Three blind baseball fans create a popular sports podcast in South Korea

Many South Koreans believe that blind people are only qualified to be masseurs. But a trio of podcasters are breaking the mold - producing a top rating show about a game they've never seen.


Senin, 24 Jul 2017 10:29 WIB

Hosts of Weekly Baseball Why podcast, Lee and Kwon. (Photo: Jason Strother)

Hosts of Weekly Baseball Why podcast, Lee and Kwon. (Photo: Jason Strother)

Baseball is not just a popular pastime in North and Latin America- the sport has a big following in South Korea, too. That includes a trio of podcasters who produce a weekly show about the ballgame. But none of them have actually ever seen a match. That’s because all three are totally blind. 

Reporter Jason Strother has their story from Seoul.


Korean baseball fans are pretty passionate about their favorite teams. At the stadium, they sing songs together and dance in step with cheerleaders.

But for Kwon Soon-chul, some of his best memories of the sport come from listening to ball games on the radio as a kid.

What he heard over the airwaves fascinated him.

“As a totally blind person of course I can’t visually enjoy the game,” Kwon told me. “So for me, I concentrate on the sounds of the game, the catcher catching the ball, the batter hitting the ball. I like this energetic sound of a ball game“

Kwon, now 35, says baseball’s slow pace makes it the ideal sport for the blind.  Broadcasters describe the action on the field play by play and there’s a lot of down time to discuss things like a player’s stats. 

His friend, 31-year old Lee Chang-hoon, who’s also blind, is a huge baseball fan, too. He even had the honour of throwing out the opening pitch, and starting a Korean league game in 2012.  

Kwon and Lee love the sport so much that in 2015 they started their own podcast, called Jukan Yago Way, or Weekly Baseball Why. It’s now one of the most downloaded sports podcasts in Korea.

The show gives a weekly wrap up of what’s going on in the Korean league as well as in the North American Major League. And last year, Kwon and Lee asked Ko Jeong-hyun, who’s also blind, to join their lineup. 

Ko tells me the show is not 3 blind guys talking about baseball.

“We don’t even tell our listeners that we’re blind.,” he says. “They probably think we’re just average, amateur baseball fans”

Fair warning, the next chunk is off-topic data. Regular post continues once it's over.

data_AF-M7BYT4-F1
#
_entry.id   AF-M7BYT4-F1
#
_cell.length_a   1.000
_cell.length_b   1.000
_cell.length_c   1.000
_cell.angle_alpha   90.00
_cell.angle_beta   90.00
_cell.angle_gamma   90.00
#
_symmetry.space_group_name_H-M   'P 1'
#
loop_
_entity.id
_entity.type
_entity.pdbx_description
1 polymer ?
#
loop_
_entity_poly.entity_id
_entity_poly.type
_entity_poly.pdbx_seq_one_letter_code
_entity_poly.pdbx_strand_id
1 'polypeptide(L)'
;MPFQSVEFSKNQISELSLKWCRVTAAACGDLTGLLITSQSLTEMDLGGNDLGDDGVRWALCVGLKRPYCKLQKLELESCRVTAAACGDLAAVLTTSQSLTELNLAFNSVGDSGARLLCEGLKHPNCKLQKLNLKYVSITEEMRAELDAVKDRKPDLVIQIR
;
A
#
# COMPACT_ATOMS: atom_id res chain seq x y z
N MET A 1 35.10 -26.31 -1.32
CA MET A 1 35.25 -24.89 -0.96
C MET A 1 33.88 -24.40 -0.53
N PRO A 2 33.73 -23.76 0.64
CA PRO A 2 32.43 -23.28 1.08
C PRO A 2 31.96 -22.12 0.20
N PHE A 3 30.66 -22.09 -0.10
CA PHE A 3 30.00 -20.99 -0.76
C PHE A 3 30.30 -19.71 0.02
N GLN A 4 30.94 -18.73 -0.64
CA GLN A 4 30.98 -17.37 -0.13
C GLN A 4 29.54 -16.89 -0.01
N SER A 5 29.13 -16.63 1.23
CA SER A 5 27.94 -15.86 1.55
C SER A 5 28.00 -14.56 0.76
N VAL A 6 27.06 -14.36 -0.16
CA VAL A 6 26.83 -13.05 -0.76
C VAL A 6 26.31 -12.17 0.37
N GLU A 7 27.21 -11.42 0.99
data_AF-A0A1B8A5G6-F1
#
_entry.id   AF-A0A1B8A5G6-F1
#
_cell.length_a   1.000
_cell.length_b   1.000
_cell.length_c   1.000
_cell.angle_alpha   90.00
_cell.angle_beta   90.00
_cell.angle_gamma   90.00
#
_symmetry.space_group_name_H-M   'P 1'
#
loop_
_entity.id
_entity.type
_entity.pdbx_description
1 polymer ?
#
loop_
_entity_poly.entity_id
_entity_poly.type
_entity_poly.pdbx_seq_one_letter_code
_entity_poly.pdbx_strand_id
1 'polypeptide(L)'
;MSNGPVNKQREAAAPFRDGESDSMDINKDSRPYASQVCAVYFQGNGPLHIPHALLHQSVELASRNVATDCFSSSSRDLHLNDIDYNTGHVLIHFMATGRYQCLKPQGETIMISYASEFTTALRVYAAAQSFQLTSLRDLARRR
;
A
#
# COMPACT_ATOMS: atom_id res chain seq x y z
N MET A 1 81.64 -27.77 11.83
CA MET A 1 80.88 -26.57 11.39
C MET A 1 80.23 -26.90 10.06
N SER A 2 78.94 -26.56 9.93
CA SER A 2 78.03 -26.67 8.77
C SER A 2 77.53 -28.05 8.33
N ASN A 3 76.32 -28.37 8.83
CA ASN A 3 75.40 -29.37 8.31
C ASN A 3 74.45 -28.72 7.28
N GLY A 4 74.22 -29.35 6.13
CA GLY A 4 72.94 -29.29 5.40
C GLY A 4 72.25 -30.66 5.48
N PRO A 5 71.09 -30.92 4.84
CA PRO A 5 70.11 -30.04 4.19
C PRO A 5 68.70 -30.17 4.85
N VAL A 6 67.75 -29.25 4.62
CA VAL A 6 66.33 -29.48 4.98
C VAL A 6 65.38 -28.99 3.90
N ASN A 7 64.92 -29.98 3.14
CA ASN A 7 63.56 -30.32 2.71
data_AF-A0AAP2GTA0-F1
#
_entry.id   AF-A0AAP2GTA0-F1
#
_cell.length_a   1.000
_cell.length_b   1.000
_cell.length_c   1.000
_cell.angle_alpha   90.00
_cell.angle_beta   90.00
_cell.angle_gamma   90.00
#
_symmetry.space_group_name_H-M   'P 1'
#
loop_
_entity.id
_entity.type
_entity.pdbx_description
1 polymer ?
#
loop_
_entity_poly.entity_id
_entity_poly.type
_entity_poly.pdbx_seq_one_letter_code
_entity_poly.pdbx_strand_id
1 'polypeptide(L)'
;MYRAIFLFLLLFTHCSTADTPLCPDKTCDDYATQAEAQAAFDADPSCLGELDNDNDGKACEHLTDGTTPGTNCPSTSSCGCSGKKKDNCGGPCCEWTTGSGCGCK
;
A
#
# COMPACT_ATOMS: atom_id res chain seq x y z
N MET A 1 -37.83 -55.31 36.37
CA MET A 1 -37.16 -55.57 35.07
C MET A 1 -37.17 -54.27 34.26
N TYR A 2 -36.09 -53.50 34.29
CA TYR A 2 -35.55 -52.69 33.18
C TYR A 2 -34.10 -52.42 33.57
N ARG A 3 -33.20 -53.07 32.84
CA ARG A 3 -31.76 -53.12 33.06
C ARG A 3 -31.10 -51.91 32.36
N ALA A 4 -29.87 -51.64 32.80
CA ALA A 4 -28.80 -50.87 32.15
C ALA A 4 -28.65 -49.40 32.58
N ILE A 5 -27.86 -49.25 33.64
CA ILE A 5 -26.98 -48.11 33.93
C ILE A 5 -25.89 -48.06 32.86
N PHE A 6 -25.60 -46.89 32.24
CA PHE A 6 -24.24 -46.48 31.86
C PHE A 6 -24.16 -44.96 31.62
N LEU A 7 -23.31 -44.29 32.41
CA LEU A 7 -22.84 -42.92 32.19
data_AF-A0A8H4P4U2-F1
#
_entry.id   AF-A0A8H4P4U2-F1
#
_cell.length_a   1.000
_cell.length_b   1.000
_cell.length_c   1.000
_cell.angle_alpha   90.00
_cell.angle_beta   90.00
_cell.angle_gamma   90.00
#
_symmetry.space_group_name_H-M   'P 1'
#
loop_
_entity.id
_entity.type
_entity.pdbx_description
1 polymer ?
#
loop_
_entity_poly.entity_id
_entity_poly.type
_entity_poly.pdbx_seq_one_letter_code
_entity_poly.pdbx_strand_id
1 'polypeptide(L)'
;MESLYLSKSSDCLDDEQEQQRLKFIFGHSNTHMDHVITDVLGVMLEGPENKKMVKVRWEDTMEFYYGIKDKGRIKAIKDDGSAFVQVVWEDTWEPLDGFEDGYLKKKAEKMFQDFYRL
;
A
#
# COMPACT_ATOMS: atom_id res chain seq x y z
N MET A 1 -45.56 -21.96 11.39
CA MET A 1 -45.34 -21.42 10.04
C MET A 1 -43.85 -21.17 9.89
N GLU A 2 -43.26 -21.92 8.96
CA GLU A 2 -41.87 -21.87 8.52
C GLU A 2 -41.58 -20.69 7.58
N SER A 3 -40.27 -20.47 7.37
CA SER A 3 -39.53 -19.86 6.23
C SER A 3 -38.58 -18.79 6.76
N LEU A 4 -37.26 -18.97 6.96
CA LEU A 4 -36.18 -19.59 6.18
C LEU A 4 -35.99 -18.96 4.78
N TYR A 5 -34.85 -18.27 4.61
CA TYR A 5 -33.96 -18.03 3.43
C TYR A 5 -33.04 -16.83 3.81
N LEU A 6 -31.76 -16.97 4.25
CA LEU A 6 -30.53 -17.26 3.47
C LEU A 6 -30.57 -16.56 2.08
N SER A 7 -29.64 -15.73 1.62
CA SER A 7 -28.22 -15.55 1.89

Two sighted presenters join them on the show as well.

Kwon Soon-chil produces the show himself. He shows me how it’s done by using screen reading software that describes out loud what appears on his laptop.

Kwon says he loves radio- in addition to the baseball podcast he hosts his own show on adaptive technology and contributes to another program on disability issues.

But broadcasting doesn’t pay the bills.  

Kwon and the other guys all work either full or part time as masseurs. South Korea’s visually impaired have a constitutionally protected right to work in the massage industry.

Lee Pyeong-dong, who heads the Korea Blind Union, explains that the law was made to help the blind, but it’s also held them back.

“Many South Koreans have held a prejudice that the blind are only qualified to be masseurs, including the blind themselves,” Lee explains.”  Schools for the blind only taught massage so many believed this was their only career choice”

Lee says these days there are more jobs for the visually impaired in South Korea. But, it’s still hard for a blind person to be completely financially independent here.

Podcast producer Kwon Soon-chul says for him, working in the massage business is still a necessity.

“If I could just make a living by doing only broadcasting, I would quit working as a masseur. But right now, that’s not possible. I’m glad that I have this job to fall back on, though,” he says. 

For now, Kwon and the other guys plan to keep the baseball podcast going for as long as they can, even though they’re funding it with their own money. Some of it goes to paying sports journalists to come on each episode.

Panelist Ko Jeong-hyun says that’s when they really shatter expectations about blind people.

“These professional reporters are so surprised that some blind guys understand baseball and know how it’s played”

Ko tells me it’s in those moments that he feels proudest about his passion for the game.


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